Full Text for Church History 2- Volume 44 - The Son of Henry VIII (Video)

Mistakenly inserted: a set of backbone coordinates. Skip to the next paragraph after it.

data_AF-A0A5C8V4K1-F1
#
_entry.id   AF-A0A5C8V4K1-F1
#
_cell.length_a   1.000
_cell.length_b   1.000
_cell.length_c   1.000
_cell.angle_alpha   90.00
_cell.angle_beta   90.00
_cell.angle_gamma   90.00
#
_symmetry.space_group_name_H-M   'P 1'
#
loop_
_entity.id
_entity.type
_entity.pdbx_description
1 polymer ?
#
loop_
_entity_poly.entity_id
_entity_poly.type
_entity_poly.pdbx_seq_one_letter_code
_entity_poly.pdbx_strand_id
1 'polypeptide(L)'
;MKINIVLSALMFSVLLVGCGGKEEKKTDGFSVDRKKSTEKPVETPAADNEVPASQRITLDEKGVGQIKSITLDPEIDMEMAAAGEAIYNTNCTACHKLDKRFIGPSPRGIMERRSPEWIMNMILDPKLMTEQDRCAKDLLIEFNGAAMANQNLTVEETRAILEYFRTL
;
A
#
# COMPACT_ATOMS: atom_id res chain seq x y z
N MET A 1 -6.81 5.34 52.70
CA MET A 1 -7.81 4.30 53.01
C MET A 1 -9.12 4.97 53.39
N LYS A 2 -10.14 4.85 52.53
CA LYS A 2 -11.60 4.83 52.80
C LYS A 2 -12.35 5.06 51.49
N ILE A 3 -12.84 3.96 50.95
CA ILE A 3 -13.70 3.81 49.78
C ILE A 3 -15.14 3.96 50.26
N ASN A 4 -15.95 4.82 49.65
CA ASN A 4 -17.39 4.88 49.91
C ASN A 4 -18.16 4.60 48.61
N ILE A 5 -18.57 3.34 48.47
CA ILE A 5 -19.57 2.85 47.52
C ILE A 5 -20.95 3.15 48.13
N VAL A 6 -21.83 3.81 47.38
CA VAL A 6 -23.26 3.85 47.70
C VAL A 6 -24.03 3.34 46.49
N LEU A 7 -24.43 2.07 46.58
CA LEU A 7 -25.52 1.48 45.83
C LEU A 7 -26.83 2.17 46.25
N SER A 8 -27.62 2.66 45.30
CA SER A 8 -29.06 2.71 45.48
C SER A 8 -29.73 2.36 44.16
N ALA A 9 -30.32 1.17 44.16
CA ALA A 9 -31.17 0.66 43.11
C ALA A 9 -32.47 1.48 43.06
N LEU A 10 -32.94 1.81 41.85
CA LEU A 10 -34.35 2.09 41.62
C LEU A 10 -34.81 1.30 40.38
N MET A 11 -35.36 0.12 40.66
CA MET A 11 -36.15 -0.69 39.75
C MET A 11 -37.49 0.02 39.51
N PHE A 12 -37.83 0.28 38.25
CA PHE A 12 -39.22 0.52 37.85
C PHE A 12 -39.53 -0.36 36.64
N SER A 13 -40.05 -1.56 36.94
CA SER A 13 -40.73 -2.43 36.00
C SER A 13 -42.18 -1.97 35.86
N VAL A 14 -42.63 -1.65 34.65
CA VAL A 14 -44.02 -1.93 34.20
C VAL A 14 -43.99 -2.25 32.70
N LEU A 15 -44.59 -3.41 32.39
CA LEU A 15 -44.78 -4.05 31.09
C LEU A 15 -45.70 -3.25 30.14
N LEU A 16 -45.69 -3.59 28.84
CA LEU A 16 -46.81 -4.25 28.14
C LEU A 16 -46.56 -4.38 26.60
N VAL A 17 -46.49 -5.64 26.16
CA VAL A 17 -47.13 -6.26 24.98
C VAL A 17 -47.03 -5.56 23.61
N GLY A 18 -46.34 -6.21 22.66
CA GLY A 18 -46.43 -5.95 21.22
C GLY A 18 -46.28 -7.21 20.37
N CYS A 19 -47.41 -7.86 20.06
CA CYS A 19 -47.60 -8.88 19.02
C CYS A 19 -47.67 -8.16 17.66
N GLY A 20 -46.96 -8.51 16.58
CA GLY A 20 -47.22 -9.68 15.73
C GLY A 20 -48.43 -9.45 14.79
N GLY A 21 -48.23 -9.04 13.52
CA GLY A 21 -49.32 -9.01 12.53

File 44 >> Okay. Maybe this question now gets a bit beyond church history, but I am curious. Did Henry ever get the son that he was looking for? >> Well, Paul, your question really is pertinent to church history because Henry did get the son he was looking for, and that son became king, and while he was king, the Reformation moved sharply in a Protestant direction, Protestant from the theological standpoint. We don't need to go into all of Henry's marriages at this point. He ended up having six wives. It was by his third wife, Queen Jane, that he actually had a son. This son was named Edward. When Henry died in 1547, Edward succeeded his father, but he was only a boy of nine years old, and that meant that others really exercised power in his name. Initially the man who served as regent, and was the dominant politician was Edward's uncle, his father's brother. His name, too, was Edward, Edward Seymour. He had the title of Duke of Somerset, so sometimes in the history books he is just referred to as Somerset. At any rate, he was the protector of the realm, exercising power in the name of his nephew, King Edward. Also, still in place Henry died was the Archbishop of Canterbury. We talked about him briefly when we were discussing the reign of King Henry, but that man, Thomas Cranmer was really a Protestant sympathizer during the reign of Henry, and now during the reign of Edward under Protector Somerset, Cranmer was able to give a Protestant direction to the church in England. It helped also that Edward's education had been entrusted to intellectuals, teachers, humanists, types who actually were also sympathetic to the Protestant reformation, so that even the boy king, Edward, was sympathetic to Protestantism. In short, during the reign of Edward, which was from 1547 to 1553, England's religious settlement moved in a sharply Protestant direction. Right at the beginning of the reign, Henry's Six Articles Act which had insisted upon traditional medieval practices, that was cancelled, and religious publications were forthcoming that promoted Protestant ideas and beliefs. Cranmer took it upon himself to advance Protestants within the church establishment, and so we have in addition to Thomas Cranmer, we have men like Hugh Latimer, and Nicholas Ridley, and John Hooper, all of whom Edward's reign became bishops of the Church of England, and they were all Protestants, and eager to advance the Protestant cause within England. It's also true that Cranmer opened up England to Protestant refugees from the continent. You'll recall that we talked previous point about the Schmalkald War. That was being fought right here during Edward's reign, but on the continent and not in England. That meant that there were men on the continent looking for a safe place to practice and promote their religion. Among those who came to England and actually assisted in the Protestant reformation was Martin Butzer, the great reformer of Straussburg. He ended up his days in England helping Cranmer to effect a real doctrinal reformation in England. Another man who assisted in the reformation in England was John Knox from Scotland. He, too, was welcomed and put to work within the Church of England. So we have a number of strong Protestant leaders, some home-grown, others imported from the continent, who are working together to change religion in England. Now, among the many changes that they worked at, I think that the most important one had to do with worship, had to do with the way the people worshipped in their parish churches. Because under the leadership of Thomas Cranmer, the Church of England produced a worship book for use all over England that was for the very first time in the English language. This was known as the Book of Common Prayer. And it included all of the worship services that you would need in a parish, whether for morning prayer, evening prayer, an order for communion, marriages, baptisms, visitation of the sick, funerals. They were all there in one book. And they were in the English language. Now, Cranmer was the man principally responsible for this book. He had a real gift for the English language. So the words and the phrases that he chose for worship in the English language resonated through really the centuries, and in some parts of the Church of England, or in the broader kind of world Anglican community, Cranmer's language that first appeared in that first Book of Common Prayer is still in use. People are still worshipping using the prayers and the liturgical forms that Thomas Cranmer first prepared in 1549. Now, just the fact that it was in English shows you that we're dealing with a Protestant reformer. He departs from the Latin and puts the language of worship in English. And a lot of other respects you can see in that first prayer book that Cranmer is promoting a Protestant agenda. Very much reduces the references to the saints and invocation of saints, references to medieval doctrines, like the doctrine of purgatory, or auricular confession, and that is confession directly to a priest. Most of that medieval kind of sacramental or cult of the saints kind of language no longer appears in the prayer book. It is true, however, that from the perspective of later Protestants, this first prayer book was only a first step. If, for example, one would take a look at the communion service of the first prayer book, one would find that there still is some language that seems to reflect more medieval Catholicism than it would 16th Century Protestantism. Clergy are still referred to as priests. The service, well, it's described as communion, but they also use the term "Mass." The way that the communion service is conducted still seems medieval from the perspective of later services. So, for example, they still have an altar. They still have communion wafers. When you get to the consecration of the sacred elements, there's language that sounds Calvinistic, talks about a spiritual kind of presence, a memorial meal, but nonetheless there is still language that sounds like real presence doctrine of the medieval church. The priest, for example, when he distributed the consecrated elements to the communicants would talk about the body of our Lord Jesus Christ, or the blood of our Lord Jesus Christ. One of the opponents of the reformation in England, Steven Gardener, who had been a bishop under Henry VIII, when he read the first prayer book and communion service, he said that he could accept that service. So clearly from a purely Protestant perspective, the first prayer book was only a first step. No sooner had it come out than there were those after reviewing it were arguing that what England needed was an even more reform of worship. Martin Butzer, for example, did a very careful examination of the prayer book, and he argued that it needed to be changed in a much more Protestant direction. And that is, in fact, what Cranmer did. In 1552, a second edition of the book came out, the second Book of Common Prayer. Than one is much more clearly a Protestant book, and we can actually describe it as a reformed Protestant book in which the doctrine of the communion service, for example, is much more clearly in the Zwingli and Calvinist line than it would be in the Lutheran line at all. So, for example, when the priest is distributing the consecrated elements, he says, �Take and eat this, and feed in thy heart by faith with understanding.� So it's a spiritual kind of eating that is specified here in the second prayer book. This is the prayer book that eliminates all of the references to the invocation of saints. It's a prayer book in which the altar is replaced by a table, in which communion wafers are replaced by common ordinary bread. So the second prayer book is clearly a Protestant book of the reformed, rather than the Lutheran variety. Now, that's not to say that there weren't still a few medieval elements in the book. For example, when the communicants received the consecrated elements, they were told that they should kneel to receive those elements. Now, Lutherans are used to that. That's the typical way that Lutherans receive communion, that is, while kneeling. But in reform churches on the continent, kneeling was basically out. Memorial meal reminiscent of what Jesus did on the night of his betrayal, the disciples didn't kneel. They probably sat, or reclined, and so they practiced in reform churches was that kneeling should be abolished. Well, somehow in the second book, kneeling stayed in. And even after the book was approved by the king and by an act of parliament, kneeling was a part of that second prayer book. Well, one of the reformers, we mentioned before, John Knox was offended by kneeling for communion. For Knox, this smacked too much of medieval Catholicism, too much of the doctrine of adoring the host because it's the body of the blood of Jesus. So he preached kneeling in front of the king, who by 1552, would have been a teenager, and attuned to things theological. And Edward became upset by the kneeling also. So he referred the matter to Cranmer and the other bishops. Now, by this time it was very late in the game, and the book was already being printed ready for distribution. So what were they going to do? Well, what they decided to do was to add an additional rubric, that is an additional liturgical direction at the end of the communion service which would explain why they were kneeling. Now, that particular rubric was printed in black ink. Rubrics were usually printed in red ink, but because it had to be redone and the presses had black ink and so forth, it came to be printed in black ink, and so it comes to be known in history as the Black Rubric. Lutherans would probably consider it black for another reason, and that was its content because this particular rubric clearly specifies that when people in England knelt to receive communion, it was not because of the real presence of the body and blood of Jesus. In fact, it was quite the contrary. The body and blood of Jesus according to the prayer book now, the Black Rubric, were in heaven, and it was impossible for a human body to be in more than one place so certainly they couldn't be in the communion service of the Church of England. So, in spite of some medieval echoes or remains, that second prayer book clearly needs to be classified as reformed in its theology. Now, just shortly before Edward died, the reformers in England were able to produce a confession of faith. This was the document known as the 42 Articles. And these 42 Articles addressed all of the issues that had been raised by the Reformation. And they do so from a Protestant perspective. In other words, the 42 Articles, a confession of faith of the Church of England under King Edward, affirmed the authority of the scriptures, affirmed the doctrine by faith, reduced the number of sacraments to the two biblical ones, baptism and the Lord's Supper, and on other issues, take the Protestant side as opposed to the Catholic side. Well, now there are, of course, as we know, some issues that divide Lutherans from reformed. Some of those issues are addressed in the 42 Articles also. And I'm thinking here particularly about the doctrine of the Lord's Supper. And like the Black Rubric, the 42 Articles also make it clear that in the Church of England under Edward the VI, according to the doctrinal statement, the Church of England is reformed on the doctrine of the Lord's Supper. The body of Christ, again, isn't on the altar, and communicants receive Christ spiritually, not really not physically as we teach in the Lutheran church. So the point is that the reformation, and that really kind of restricted period of time, the reign of Edward, just about six years, moves sharply away from the reformation of Henry the VIII, and we get a full-load doctrinal, practical, Protestant reformation during the reign of Edward the VI.